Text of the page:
M. Anantanarayanan, C.J.
(1) The case referred to us under Section 57 of the Indian Stamp Act involves this question whether a particular document is an instrument chargeable as a conveyance under Art 23 of Schedule I (previous Art. 19 of Schedule 1-A) or as release under Art. 55 of Schedule I of the Indian Stamp Act. We have had the benefit of elaborate arguments on this matter, and apart from the facts to which we shall presently refer, and which are explicit and clear, the question also involves the interpretation of what amounts to a release in law as distinguished from a conveyance or transfer of property for value; there are one or two leading authorities available on this aspect to which also we shall make a brief reference.
(2) In order to have a clear picture of the preceding facts we might immediately take up the settlement deed dated 5-4-1955 which is among the papers and which involves on N.K. Patel & his two sons K.N. Patel (first son) and R.N. Patel (second son). Under this settlement deed, it is recited that there are certain immoveable properties, of which the settlor (N.K. Patel) and his first son (K.N. Patel) are co-owners and joint tenants, with a right of survivorship reserved to the surviving party. The settlor out of natural love and affection for the second son donee), makes this settlement of his undivided half share in the properties the other co-owner (the first son) joining in the instrument as thereby, the right of survivorship comes to an end. The document proceeds to state that the donee will thereafter hold the property along with the first son as tenants-in-common in equal shares.
(3) The next document that we have to scrutinise is the document dated 12-7-1957, which is the instrument under analysis. This instrument refers to a mortgage dated 14-7-1955 and the releasee (first son) assigns this mortgage to the releasor (second son), which forms the element of consideration for the release itself. We need nor further dwell on this aspect. The learned counsel for the State (Sri Ramaswami) does not contend that a release deed is valid only when it is gratuitous. Admittedly, a release deed can be validly executed also for some benefit accruing to the releasor simultaneously. After having recited this the donee (second son) (releasor) purports to release his undivided half share and interest in the entire property in favour of the first son (releasee). The document proceeded to state that the amount secured under the mortgage (Rs. 51,250) forms the consideration, in the sense that this half share itself is valued at about that figure. Admittedly, the entire estate was acquired for a much less amount several years earlier, and both the co-owners claim to have spent moneys on the estate, resulting in a considerable enhancement of its value.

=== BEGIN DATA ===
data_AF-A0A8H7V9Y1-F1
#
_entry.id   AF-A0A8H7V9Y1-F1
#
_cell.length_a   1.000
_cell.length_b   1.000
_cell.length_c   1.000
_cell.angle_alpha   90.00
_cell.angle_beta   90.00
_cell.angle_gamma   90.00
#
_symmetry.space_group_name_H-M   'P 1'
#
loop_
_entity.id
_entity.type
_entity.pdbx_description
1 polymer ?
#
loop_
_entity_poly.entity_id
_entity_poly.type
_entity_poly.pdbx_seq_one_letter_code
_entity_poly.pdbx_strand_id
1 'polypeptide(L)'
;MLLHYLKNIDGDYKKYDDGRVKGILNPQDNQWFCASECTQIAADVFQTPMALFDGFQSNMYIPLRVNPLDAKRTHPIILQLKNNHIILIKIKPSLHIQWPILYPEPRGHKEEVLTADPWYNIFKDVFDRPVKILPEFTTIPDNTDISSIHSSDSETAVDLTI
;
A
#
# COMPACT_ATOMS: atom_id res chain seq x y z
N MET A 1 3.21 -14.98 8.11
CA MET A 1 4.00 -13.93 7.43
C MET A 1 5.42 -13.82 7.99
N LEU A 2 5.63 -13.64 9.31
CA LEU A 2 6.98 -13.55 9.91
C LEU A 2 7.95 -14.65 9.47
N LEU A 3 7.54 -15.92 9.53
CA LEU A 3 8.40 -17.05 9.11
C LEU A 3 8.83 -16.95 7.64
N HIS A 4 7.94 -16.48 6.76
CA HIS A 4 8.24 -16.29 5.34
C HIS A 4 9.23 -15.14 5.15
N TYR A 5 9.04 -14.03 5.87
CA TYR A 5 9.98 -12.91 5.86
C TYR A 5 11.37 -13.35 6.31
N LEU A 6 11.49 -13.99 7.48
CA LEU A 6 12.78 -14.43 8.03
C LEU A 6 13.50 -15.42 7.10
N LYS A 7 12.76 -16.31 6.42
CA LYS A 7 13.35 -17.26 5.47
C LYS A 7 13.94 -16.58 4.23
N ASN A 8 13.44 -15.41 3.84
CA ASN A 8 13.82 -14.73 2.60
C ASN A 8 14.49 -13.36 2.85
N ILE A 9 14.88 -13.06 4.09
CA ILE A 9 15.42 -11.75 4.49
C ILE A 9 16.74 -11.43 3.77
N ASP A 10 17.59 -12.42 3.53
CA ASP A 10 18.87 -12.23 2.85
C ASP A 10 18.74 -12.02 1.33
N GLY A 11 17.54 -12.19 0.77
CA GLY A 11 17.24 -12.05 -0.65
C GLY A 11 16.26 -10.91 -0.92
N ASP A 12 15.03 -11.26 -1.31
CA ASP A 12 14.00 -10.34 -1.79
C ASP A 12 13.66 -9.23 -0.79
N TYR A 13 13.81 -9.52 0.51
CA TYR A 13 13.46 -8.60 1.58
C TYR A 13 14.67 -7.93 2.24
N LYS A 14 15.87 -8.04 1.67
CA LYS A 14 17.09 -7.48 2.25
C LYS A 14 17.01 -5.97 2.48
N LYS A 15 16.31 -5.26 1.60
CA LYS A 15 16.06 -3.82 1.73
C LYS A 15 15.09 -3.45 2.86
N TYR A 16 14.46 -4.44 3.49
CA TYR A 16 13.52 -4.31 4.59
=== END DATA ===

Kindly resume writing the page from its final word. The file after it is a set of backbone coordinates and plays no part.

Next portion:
(4) The question that falls to be decided by us is whether this instrument must necessarily be construed as amounting to a conveyance, and assessed for stamp as such, or could be accepted as a release under Article 55 of Schedule I. It is not in dispute that the nomenclature is not decisive nor the language which the parties may choose to employ, in framing the document. What is decisive is the actual character of the transaction and the precise nature of the rights created by means of the instrument.
(5) Of the several authorities that have been referred to before us, the decision of the Full Bench in Board of Revenue v. Murugesa Mudaliar, 1955 2 MLJ 166 = AIR 1955 Mad 614 would appear to be most relevant, and indeed, virtually decisive of the issue. There also the Full Bench was concerned with a transaction between co-owners, with regard to property under which these co-owners held undivided shares, and there had been to division by metes and bounds. The relevant cannon was stated by Rajamannar C. J. in the following form:--
'In such a case there need to be conveyance as such by one of the co-owners in favour of the other co-owners. Each co-owner in theory is entitled to enjoy the entire property in part and in whole. It is not therefore necessary for one of the co-owners to convey his interest to the other co-owners. It is sufficient it he releases his interest. The result of such a release would be enlargement of the share of the other co-owners. There can be no release by one person in favour of another who is not already entitled to the property as co-owner'.
(6) In the last paragraph of this decision, there is some reference to the parallel case of a Hindu coparcenary where one member purports to relinquish his rights in the family property in favour of the remaining coparceners. The learned Judges finally proceeded to observe:--
'We can see no difference in principle, between such a document as between members of a coparcenary and the document in question, which is a document between co-owners'.
Finally, the learned Judges held that the document was a release, not liable to be charged either as a deed of dissolution of partnership or as a conveyance.